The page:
Overexpression of VIPR2 in mice results in microencephaly with paradoxical increased white matter volume

Yukio Ago, Christina Van, Michael C. Condro, Haley Hrncir, Anna L. Diep, Abha K. Rajbhandari, Michael S. Fanselow, Hitoshi Hashimoto, Allan J. MacKenzie-Graham, James A. Waschek

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Large scale studies in populations of European and Han Chinese ancestry found a series of rare gain-of-function microduplications in VIPR2, encoding VPAC2, a receptor that binds vasoactive intestinal peptide and pituitary adenylate cyclase-activating polypeptide with high affinity, that were associated with an up to 13-fold increased risk for schizophrenia. To address how VPAC2 receptor overactivity might affect brain development, we used a well-characterized Nestin-Cre mouse strain and a knock-in approach to overexpress human VPAC2 in the central nervous system. Mice that overexpressed VPAC2 were found to exhibit a significant reduction in brain weight. Magnetic resonance imaging analysis confirmed a decrease in brain size, a specific reduction in the hippocampus grey matter volume and a paradoxical increase in whole-brain white matter volume. Sex-specific changes in behavior such as impaired prepulse inhibition and contextual fear memory were observed in VPAC2 overexpressing mice. The data indicate that the VPAC2 receptor may play a critical role in brain morphogenesis and suggest that overactive VPAC2 signaling during development plays a mechanistic role in some forms of schizophrenia.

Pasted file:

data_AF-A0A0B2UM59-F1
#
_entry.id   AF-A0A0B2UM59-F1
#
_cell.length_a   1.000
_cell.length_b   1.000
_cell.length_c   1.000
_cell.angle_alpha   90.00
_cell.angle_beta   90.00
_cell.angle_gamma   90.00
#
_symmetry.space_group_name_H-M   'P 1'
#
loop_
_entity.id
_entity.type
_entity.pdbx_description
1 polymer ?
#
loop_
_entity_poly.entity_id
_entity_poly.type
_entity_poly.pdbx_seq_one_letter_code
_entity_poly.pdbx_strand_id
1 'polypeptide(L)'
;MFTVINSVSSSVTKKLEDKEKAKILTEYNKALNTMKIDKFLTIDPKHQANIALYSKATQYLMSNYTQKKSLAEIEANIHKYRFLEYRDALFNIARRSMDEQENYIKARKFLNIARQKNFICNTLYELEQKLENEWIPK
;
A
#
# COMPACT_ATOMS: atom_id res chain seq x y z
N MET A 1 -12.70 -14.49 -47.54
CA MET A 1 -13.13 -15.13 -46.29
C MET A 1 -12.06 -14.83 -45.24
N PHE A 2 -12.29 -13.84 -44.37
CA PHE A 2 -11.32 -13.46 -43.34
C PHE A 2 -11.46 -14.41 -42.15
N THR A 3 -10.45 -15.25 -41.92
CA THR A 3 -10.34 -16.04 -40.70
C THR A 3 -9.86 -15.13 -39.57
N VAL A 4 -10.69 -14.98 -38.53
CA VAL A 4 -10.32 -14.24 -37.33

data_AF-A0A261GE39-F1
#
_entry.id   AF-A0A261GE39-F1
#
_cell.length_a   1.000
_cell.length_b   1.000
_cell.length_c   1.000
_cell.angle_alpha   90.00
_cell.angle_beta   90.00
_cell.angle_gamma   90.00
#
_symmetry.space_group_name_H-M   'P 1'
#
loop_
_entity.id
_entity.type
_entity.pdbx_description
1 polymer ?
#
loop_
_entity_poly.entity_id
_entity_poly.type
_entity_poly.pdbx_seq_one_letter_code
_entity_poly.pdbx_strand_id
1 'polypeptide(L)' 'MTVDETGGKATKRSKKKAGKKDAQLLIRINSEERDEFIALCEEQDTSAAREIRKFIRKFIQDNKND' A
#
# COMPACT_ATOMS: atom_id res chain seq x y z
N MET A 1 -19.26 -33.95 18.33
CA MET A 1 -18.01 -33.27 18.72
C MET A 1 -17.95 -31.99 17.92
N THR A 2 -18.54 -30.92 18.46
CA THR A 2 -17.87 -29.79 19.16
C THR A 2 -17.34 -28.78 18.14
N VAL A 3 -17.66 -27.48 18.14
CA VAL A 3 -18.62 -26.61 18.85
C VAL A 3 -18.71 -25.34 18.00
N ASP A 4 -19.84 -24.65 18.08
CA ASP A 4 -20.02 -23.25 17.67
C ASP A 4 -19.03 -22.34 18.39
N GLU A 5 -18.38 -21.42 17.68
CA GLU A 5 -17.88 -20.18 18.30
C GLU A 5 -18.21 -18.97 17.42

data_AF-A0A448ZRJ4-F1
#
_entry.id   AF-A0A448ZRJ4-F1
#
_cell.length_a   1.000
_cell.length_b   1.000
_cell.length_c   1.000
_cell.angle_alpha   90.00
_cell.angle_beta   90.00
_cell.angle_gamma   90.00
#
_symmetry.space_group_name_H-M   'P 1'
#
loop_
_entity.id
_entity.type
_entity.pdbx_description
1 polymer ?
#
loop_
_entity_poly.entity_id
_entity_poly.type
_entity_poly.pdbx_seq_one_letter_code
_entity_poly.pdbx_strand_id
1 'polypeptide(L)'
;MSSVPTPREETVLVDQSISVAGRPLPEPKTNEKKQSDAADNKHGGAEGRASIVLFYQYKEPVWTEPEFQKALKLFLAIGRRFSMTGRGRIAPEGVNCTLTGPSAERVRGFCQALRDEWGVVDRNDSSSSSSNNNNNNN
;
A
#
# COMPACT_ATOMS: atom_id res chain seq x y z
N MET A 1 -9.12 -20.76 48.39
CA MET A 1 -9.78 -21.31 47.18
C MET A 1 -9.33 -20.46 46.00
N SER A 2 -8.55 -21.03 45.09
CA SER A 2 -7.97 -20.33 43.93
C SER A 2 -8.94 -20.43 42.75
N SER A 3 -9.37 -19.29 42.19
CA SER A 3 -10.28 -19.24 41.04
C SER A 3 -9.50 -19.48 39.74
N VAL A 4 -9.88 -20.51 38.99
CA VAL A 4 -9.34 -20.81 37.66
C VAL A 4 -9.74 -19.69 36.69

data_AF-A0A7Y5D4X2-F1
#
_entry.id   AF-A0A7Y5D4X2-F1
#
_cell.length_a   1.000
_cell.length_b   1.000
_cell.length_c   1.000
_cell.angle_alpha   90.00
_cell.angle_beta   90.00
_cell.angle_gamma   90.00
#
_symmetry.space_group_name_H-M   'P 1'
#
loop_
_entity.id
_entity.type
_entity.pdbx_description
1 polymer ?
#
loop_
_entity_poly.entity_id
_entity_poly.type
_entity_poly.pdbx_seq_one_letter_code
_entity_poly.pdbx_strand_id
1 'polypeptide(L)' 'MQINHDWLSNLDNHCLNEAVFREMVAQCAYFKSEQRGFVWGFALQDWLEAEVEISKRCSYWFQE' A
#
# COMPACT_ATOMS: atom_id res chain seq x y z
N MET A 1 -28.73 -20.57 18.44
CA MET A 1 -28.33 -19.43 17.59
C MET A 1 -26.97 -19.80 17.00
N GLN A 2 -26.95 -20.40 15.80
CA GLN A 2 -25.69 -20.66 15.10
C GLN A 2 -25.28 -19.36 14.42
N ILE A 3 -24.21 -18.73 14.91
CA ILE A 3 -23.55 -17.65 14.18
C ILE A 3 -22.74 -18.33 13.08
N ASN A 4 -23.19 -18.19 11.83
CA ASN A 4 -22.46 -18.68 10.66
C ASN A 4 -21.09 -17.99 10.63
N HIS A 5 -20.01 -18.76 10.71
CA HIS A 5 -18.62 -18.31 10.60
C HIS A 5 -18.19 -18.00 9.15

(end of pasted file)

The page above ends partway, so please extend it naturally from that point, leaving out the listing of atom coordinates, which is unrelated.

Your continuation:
Original languageEnglish
Article number114339
JournalExperimental Neurology
StatePublished - Apr 2023


  • MRI
  • Microencephaly
  • Nestin-Cre
  • Schizophrenia
  • VIPR2
  • VPAC2 receptor


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